Connect with us

Film Reviews

An Oversimplification Of Her Beauty Review

An Oversimplification Of Her BeautyDirector: Terence Nance.

Starring: Terence Nance, Namik Minter.

Running Time: 84 minutes.

Certificate: 12A.

Synopsis: An experimental filmmaker asks us, “How would you feel?” as he examines a relationship that is on the fence between plutonic and true love.

This isn’t a film. It’s an experimental reflection of an individual and certain events through which they have lived. Although, that’s giving it far too much credit. AN OVERSIMPLIFICATION OF HER BEAUTY is so esoteric that it makes absolutely no attempt to connect with anyone, other than Terence Nance himself. Films don’t have to be for entertainment, information, or thought-provoking discussion, but by making something so personal, it’s the cinematic equivalent of releasing your diary and expecting people to care.

The film sees Nance as he explores how he feels about a relationship stuck in the ‘will they won’t they’ purgatory of many a man’s nightmares. That in itself would be fine, but the film is self-indulgent nonsense that comes across like a self-help guide. The entire first half is accompanied by constant voiceover which seems to have been written by someone with their eyes forever flicking through a thesaurus. We’re spoken to in a second person narrative style as we are repetitively asked, “How would you feel?” which is the extent of any connection made with the audience.

On top of the uncomfortable non-narrative, Nance will represent his points any way he can. Like a film student discovering editing, animation, and many other technical features for the first time, Nance fails to demonstrate restraint, which may be why he has such difficulty with relationships in the first place. There’s no ‘in’ to this film, and so failing to engage from the outset means it’s a long and laborious journey. Halfway through it attempts to become meta by diagnosing itself as a film and asking Namik – the object of Nance’s affection – how she feels about the whole process. This is of some interest, but is spoiled by needless moments such as editing out the questions in an interview segment, or presenting thoughts and feelings as a trailer.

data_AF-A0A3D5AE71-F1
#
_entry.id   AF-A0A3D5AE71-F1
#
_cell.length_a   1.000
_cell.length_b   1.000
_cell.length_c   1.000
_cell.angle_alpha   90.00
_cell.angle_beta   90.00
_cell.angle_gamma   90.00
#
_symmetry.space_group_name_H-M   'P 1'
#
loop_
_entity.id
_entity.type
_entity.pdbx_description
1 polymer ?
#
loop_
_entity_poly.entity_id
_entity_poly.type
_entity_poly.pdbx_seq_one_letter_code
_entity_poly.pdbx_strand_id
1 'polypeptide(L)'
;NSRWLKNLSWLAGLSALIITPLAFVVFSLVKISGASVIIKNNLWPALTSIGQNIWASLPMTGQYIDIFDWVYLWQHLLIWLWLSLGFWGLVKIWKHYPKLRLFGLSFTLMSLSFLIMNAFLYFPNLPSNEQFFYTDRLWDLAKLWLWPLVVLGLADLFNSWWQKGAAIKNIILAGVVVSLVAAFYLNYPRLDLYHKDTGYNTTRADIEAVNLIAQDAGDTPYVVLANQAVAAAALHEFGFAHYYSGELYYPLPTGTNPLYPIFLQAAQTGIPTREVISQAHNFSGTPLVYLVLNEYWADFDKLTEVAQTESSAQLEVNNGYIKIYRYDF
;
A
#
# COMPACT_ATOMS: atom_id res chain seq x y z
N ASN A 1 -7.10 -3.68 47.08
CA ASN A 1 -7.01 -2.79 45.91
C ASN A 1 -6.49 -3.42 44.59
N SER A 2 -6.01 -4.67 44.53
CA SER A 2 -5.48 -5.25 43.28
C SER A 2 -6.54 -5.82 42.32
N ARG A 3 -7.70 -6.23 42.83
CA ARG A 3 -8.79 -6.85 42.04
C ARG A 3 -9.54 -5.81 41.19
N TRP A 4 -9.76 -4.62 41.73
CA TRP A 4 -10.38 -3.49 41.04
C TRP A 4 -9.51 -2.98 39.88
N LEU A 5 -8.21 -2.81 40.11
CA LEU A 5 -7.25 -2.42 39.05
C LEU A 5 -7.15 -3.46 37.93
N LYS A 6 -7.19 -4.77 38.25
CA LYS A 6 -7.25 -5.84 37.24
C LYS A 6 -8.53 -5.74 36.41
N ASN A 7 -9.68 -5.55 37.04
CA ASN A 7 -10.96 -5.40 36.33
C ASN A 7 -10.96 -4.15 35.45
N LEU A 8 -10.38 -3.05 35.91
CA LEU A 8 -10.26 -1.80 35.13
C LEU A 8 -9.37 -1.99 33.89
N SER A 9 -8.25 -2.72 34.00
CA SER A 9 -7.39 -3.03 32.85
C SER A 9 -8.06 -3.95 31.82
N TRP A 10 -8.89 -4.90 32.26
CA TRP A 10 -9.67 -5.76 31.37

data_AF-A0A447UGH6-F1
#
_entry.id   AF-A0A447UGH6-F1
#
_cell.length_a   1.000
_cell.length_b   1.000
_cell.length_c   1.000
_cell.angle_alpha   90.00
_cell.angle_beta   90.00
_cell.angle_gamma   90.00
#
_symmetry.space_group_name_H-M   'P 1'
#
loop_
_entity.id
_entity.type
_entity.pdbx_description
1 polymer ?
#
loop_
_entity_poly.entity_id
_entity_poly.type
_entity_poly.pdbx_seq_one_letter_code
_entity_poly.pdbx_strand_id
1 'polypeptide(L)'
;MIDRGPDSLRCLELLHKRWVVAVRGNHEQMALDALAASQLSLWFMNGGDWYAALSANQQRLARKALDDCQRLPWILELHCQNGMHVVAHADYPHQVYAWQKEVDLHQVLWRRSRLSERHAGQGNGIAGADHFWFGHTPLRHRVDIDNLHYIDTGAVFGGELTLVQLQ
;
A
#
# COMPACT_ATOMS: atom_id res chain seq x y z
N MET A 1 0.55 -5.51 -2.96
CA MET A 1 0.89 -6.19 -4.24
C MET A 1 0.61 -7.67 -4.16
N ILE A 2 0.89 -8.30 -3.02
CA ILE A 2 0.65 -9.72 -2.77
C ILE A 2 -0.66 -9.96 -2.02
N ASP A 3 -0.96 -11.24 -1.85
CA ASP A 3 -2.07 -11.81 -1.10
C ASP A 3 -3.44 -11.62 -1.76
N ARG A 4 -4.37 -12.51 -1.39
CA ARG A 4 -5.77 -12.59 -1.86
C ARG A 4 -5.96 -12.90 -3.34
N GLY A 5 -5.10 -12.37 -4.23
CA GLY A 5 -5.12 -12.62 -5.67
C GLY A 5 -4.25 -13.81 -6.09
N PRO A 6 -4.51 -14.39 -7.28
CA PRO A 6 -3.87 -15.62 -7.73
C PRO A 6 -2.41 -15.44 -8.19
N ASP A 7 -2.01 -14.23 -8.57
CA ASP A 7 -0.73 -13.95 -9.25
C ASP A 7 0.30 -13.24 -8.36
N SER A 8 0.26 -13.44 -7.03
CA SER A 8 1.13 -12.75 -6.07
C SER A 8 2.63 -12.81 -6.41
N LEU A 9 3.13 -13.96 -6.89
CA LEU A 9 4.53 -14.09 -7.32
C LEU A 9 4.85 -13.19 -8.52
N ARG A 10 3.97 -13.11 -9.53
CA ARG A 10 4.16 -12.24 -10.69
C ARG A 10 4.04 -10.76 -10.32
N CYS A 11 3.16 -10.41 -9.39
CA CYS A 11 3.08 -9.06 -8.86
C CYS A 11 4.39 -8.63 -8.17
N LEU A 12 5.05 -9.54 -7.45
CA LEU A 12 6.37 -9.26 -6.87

The film needn’t have been so difficult to comprehend. Had it been a straighter documentary, it actually would have been a fascinating watch. Seeing a vulnerable man question his emotions in an honest way would have been worthwhile. Unfortunately, Nance seems terrified of truly baring himself, hiding behind (admittedly interesting) animated sequences and pseudo-psychological nonsense. There’s probably an audience out there for this kind of film, but they would have to relate to the exact events as well as being a bit self-centered. Now that Nance has tried to do everything in a single film, perhaps he should try for a less is more approach.

[usr=1] AN OVERSIMPLIFICATION OF HER BEAUTY is released in select UK cinemas on Friday 7th February, 2014.

Luke likes many things, films and penguins being among them. He's loved films since the age of 9, when STARGATE and BATMAN FOREVER changed the landscape of modern cinema as we know it. His love of film extends to all aspects of his life, with trips abroad being planned around film locations and only buying products featured in Will Smith movies. His favourite films include SEVEN SAMURAI, PASSION OF JOAN OF ARC, IN BRUGES, LONE STAR, GODZILLA, and a thousand others.

Click to comment

Leave a Reply

Your email address will not be published. Required fields are marked *


Latest Posts


More in Film Reviews